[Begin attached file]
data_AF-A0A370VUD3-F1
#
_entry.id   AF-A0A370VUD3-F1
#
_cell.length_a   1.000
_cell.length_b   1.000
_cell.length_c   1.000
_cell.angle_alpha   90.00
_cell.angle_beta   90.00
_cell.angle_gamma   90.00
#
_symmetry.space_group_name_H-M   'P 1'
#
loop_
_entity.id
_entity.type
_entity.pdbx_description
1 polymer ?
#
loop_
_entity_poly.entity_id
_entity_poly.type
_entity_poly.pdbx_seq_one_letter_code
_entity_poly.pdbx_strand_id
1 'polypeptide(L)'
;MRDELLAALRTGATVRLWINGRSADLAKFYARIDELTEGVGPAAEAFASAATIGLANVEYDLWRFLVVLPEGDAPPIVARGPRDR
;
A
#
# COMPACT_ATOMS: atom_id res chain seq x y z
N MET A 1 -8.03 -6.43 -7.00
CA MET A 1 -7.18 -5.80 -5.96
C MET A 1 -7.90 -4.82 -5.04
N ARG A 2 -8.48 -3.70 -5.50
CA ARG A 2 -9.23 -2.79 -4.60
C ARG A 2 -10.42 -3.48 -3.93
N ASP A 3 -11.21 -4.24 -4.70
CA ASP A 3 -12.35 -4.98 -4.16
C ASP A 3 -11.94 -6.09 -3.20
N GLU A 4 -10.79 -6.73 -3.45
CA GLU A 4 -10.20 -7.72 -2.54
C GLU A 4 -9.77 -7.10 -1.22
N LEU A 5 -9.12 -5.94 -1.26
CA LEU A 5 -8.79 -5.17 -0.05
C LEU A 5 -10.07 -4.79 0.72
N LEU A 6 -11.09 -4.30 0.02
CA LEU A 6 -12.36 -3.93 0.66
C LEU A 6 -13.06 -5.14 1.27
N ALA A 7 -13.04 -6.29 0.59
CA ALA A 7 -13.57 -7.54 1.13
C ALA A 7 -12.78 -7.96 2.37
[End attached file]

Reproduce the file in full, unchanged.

data_AF-A0A370VUD3-F1
#
_entry.id   AF-A0A370VUD3-F1
#
_cell.length_a   1.000
_cell.length_b   1.000
_cell.length_c   1.000
_cell.angle_alpha   90.00
_cell.angle_beta   90.00
_cell.angle_gamma   90.00
#
_symmetry.space_group_name_H-M   'P 1'
#
loop_
_entity.id
_entity.type
_entity.pdbx_description
1 polymer ?
#
loop_
_entity_poly.entity_id
_entity_poly.type
_entity_poly.pdbx_seq_one_letter_code
_entity_poly.pdbx_strand_id
1 'polypeptide(L)'
;MRDELLAALRTGATVRLWINGRSADLAKFYARIDELTEGVGPAAEAFASAATIGLANVEYDLWRFLVVLPEGDAPPIVARGPRDR
;
A
#
# COMPACT_ATOMS: atom_id res chain seq x y z
N MET A 1 -8.03 -6.43 -7.00
CA MET A 1 -7.18 -5.80 -5.96
C MET A 1 -7.90 -4.82 -5.04
N ARG A 2 -8.48 -3.70 -5.50
CA ARG A 2 -9.23 -2.79 -4.60
C ARG A 2 -10.42 -3.48 -3.93
N ASP A 3 -11.21 -4.24 -4.70
CA ASP A 3 -12.35 -4.98 -4.16
C ASP A 3 -11.94 -6.09 -3.20
N GLU A 4 -10.79 -6.73 -3.45
CA GLU A 4 -10.20 -7.72 -2.54
C GLU A 4 -9.77 -7.10 -1.22
N LEU A 5 -9.12 -5.94 -1.26
CA LEU A 5 -8.79 -5.17 -0.05
C LEU A 5 -10.07 -4.79 0.72
N LEU A 6 -11.09 -4.30 0.02
CA LEU A 6 -12.36 -3.93 0.66
C LEU A 6 -13.06 -5.14 1.27
N ALA A 7 -13.04 -6.29 0.59
CA ALA A 7 -13.57 -7.54 1.13
C ALA A 7 -12.78 -7.96 2.37